Tighter, harder, longer, better, higher. Ballet is the fetish of the world. Skinny ballerina on her tippy toes, balancing time in a freeze frame with her militant performance. Tied up in being female, tied up in a corset, tied to a penis, tied up from being tied to perfection.
Debris in a Skin-tight Corset is a fiction inside the ridiculous and exclusive history of baroque ballet de cour, an iconic court spectacle of early seventeenth-century France. In this dance performance work, Cassie Augusta Jørgensen explores the rooms in which politics were performed as entertainment for the upper-upper-class by comedy queens, into which she invites herself, Kate Bush, Marquis de Merteuil from Dangerous Liaisons, the Marquis de Sade, Rory Pilgrim and Puce Mary.
Debris in a Skin-tight Corset is a work of the inner eye, with choreography extracted from film and painting, the artists’ personal relationships to classical ballet, and the strictness and the tightness of Western beauty – so pretty it hurts.
Cassie Augusta Jørgensen works as a dancer and choreographer. She has perfected her showgirl-ship through working with theatre, art and dance makers. Jørgensen has a trained background in classical and modern dance. She works from the imagination of her inside eye, deep, sweaty and long improv sessions, Christian morals and porn, people that inspire her, her diary, lots of films, other dancers like Valeska Gert along other mime legends, females and of course being a trans girl drawn to tragedy in all its vibrancy. Jørgensen’s desire and goal is to make holes and ambiguous space in history and dance history, to meditate on new narratives and fiction of live performance and other shapes.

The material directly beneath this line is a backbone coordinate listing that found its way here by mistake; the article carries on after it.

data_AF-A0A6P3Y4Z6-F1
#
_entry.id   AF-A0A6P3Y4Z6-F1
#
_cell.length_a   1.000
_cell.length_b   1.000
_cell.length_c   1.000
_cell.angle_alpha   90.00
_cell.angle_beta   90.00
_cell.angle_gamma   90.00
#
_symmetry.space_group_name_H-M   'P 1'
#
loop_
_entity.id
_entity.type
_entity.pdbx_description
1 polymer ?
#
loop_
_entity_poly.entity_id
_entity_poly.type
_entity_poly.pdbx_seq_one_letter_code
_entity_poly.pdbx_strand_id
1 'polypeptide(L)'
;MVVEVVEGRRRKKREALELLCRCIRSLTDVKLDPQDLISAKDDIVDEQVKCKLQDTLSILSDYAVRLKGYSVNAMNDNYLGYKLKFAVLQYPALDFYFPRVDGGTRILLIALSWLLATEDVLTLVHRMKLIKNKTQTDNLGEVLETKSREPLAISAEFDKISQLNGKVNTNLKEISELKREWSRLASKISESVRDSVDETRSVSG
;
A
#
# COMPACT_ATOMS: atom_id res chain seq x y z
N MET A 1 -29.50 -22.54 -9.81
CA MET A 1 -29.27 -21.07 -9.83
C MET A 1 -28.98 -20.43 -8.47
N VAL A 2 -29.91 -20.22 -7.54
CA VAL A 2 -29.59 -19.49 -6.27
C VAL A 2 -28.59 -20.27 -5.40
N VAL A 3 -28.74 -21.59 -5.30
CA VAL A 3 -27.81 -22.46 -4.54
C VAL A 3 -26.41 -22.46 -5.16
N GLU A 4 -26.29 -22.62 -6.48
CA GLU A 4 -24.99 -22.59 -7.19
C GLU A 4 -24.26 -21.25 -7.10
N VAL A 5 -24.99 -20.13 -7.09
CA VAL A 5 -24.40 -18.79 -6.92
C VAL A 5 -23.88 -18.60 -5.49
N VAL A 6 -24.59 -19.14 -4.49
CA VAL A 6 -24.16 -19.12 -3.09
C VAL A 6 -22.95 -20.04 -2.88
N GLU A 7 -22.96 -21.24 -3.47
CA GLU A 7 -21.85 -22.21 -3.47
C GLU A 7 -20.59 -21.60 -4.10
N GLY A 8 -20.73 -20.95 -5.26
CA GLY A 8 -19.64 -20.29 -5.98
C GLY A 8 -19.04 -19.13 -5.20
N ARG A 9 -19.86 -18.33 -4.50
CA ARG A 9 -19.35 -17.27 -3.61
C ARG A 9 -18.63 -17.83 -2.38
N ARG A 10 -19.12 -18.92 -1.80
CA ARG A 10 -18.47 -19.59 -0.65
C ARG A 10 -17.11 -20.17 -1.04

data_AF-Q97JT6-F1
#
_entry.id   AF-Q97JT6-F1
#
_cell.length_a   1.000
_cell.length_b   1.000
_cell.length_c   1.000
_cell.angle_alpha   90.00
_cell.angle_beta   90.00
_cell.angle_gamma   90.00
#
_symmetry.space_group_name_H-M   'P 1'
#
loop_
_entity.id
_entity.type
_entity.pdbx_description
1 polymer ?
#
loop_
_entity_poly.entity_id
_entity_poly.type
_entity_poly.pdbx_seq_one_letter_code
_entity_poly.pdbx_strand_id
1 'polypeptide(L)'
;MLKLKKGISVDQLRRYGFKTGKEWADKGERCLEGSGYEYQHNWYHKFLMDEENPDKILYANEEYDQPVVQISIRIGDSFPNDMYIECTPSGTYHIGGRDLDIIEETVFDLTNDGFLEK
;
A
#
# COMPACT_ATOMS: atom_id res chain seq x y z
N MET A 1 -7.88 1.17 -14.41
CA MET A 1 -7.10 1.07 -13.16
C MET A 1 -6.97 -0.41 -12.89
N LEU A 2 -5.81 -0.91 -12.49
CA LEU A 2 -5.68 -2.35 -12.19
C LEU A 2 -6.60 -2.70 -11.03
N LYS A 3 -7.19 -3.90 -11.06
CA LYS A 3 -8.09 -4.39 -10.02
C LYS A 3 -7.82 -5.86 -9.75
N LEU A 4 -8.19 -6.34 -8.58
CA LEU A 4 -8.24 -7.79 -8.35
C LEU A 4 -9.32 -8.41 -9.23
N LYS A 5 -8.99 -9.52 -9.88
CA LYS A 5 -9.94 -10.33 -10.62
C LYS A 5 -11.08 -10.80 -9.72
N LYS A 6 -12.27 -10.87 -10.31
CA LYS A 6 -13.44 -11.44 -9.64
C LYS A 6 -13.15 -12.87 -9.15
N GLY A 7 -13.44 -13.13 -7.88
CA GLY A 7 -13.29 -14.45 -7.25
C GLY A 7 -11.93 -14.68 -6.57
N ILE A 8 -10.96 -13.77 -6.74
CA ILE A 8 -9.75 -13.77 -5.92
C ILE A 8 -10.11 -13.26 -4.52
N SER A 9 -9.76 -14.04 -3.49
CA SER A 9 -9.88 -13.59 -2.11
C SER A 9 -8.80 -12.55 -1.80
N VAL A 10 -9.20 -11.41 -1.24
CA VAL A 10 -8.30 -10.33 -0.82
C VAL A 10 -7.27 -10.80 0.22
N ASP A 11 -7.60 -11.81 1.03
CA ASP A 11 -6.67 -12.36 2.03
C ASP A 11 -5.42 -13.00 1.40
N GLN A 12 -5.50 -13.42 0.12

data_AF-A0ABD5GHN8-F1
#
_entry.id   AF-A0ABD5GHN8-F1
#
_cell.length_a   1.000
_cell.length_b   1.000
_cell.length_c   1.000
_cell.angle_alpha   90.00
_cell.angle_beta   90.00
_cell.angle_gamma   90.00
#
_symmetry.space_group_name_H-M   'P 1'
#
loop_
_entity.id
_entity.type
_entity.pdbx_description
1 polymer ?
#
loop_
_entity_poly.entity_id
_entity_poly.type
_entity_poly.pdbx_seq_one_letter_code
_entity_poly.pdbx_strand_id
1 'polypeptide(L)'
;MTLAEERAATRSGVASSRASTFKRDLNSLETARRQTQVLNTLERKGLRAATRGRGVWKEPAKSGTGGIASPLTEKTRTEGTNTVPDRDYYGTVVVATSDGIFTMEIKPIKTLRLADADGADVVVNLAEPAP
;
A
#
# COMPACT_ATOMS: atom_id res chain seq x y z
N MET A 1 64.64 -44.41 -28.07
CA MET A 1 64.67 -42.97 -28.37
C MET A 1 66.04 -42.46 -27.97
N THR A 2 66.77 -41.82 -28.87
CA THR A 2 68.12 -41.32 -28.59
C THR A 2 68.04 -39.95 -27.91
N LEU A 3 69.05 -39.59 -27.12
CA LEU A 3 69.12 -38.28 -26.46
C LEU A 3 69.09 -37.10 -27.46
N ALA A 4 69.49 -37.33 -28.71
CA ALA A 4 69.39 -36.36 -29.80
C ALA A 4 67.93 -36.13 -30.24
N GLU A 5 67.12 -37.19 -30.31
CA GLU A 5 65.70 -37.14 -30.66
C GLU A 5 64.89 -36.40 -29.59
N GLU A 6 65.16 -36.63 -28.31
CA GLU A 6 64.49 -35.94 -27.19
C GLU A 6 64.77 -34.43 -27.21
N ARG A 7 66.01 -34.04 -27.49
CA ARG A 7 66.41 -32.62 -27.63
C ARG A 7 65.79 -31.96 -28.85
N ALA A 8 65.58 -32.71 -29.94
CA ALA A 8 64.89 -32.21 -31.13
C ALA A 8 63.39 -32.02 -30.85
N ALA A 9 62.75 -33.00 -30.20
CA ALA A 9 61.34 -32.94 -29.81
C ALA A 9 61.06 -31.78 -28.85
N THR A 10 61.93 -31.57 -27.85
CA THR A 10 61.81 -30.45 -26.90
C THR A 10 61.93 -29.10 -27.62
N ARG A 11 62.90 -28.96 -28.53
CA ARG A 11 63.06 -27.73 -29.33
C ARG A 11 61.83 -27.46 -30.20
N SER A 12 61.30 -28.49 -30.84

Rory Pilgrim (Bristol, 1988) works in a wide range of media including songwriting, composing music, film, music video, text, drawing and live performances. Centred on emancipatory concerns, Pilgrim aims to challenge the nature of how we come together, speak, listen and strive for social change through sharing and voicing personal experience. Strongly influenced by the origins of activist, feminist and socially engaged art, Pilgrim works with others through a different methods of dialogue, collaboration and workshops. In an age of increasing technological interaction, Rory’s work creates connections between activism, spirituality, music and how we form community locally and globally from both beyond and behind our screens. Solo Shows include: Between Bridges, Berlin (2019) Andriesse-Eyck Gallery, Amsterdam NL (2018), South London Gallery (2018), Rowing, London (2017), Plymouth Art Centre, Plymouth (2017), Flat Time House, London (2016), Site Gallery, Sheffield (2016) and sic! Raum für Kunst, Luzern CH (2014). In 2019, Pilgrim was the winner of the Prix de Rome.
The project has been made possible with the support of Cockayne – Grants for the Arts, The London Community Foundation and The Embassy of the Kingdom of the Netherlands.